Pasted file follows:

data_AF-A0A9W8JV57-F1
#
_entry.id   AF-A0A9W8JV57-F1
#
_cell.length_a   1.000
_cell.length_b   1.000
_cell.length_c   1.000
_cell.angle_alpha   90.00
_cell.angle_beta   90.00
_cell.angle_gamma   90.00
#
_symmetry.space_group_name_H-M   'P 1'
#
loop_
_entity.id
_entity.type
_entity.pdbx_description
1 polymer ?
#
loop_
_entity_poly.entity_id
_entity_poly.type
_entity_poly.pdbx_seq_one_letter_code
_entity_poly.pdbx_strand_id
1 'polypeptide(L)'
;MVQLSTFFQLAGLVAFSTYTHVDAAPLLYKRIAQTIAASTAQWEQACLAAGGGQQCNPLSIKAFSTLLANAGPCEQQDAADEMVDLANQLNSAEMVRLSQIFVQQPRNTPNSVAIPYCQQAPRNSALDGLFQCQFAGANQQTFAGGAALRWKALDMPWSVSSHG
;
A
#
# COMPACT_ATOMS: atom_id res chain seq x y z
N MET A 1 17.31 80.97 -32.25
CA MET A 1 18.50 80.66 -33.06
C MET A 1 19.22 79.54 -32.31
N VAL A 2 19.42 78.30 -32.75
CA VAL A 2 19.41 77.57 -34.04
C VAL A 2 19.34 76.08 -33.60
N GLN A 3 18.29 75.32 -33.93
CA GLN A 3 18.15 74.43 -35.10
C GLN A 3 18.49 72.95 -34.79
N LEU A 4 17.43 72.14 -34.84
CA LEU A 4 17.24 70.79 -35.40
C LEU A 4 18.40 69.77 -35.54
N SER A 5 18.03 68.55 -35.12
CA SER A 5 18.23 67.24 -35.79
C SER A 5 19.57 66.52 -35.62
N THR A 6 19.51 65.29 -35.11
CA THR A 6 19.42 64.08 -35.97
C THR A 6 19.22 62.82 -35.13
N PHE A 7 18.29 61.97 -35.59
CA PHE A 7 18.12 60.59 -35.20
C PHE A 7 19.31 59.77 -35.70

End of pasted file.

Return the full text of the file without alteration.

data_AF-A0A9W8JV57-F1
#
_entry.id   AF-A0A9W8JV57-F1
#
_cell.length_a   1.000
_cell.length_b   1.000
_cell.length_c   1.000
_cell.angle_alpha   90.00
_cell.angle_beta   90.00
_cell.angle_gamma   90.00
#
_symmetry.space_group_name_H-M   'P 1'
#
loop_
_entity.id
_entity.type
_entity.pdbx_description
1 polymer ?
#
loop_
_entity_poly.entity_id
_entity_poly.type
_entity_poly.pdbx_seq_one_letter_code
_entity_poly.pdbx_strand_id
1 'polypeptide(L)'
;MVQLSTFFQLAGLVAFSTYTHVDAAPLLYKRIAQTIAASTAQWEQACLAAGGGQQCNPLSIKAFSTLLANAGPCEQQDAADEMVDLANQLNSAEMVRLSQIFVQQPRNTPNSVAIPYCQQAPRNSALDGLFQCQFAGANQQTFAGGAALRWKALDMPWSVSSHG
;
A
#
# COMPACT_ATOMS: atom_id res chain seq x y z
N MET A 1 17.31 80.97 -32.25
CA MET A 1 18.50 80.66 -33.06
C MET A 1 19.22 79.54 -32.31
N VAL A 2 19.42 78.30 -32.75
CA VAL A 2 19.41 77.57 -34.04
C VAL A 2 19.34 76.08 -33.60
N GLN A 3 18.29 75.32 -33.93
CA GLN A 3 18.15 74.43 -35.10
C GLN A 3 18.49 72.95 -34.79
N LEU A 4 17.43 72.14 -34.84
CA LEU A 4 17.24 70.79 -35.40
C LEU A 4 18.40 69.77 -35.54
N SER A 5 18.03 68.55 -35.12
CA SER A 5 18.23 67.24 -35.79
C SER A 5 19.57 66.52 -35.62
N THR A 6 19.51 65.29 -35.11
CA THR A 6 19.42 64.08 -35.97
C THR A 6 19.22 62.82 -35.13
N PHE A 7 18.29 61.97 -35.59
CA PHE A 7 18.12 60.59 -35.20
C PHE A 7 19.31 59.77 -35.70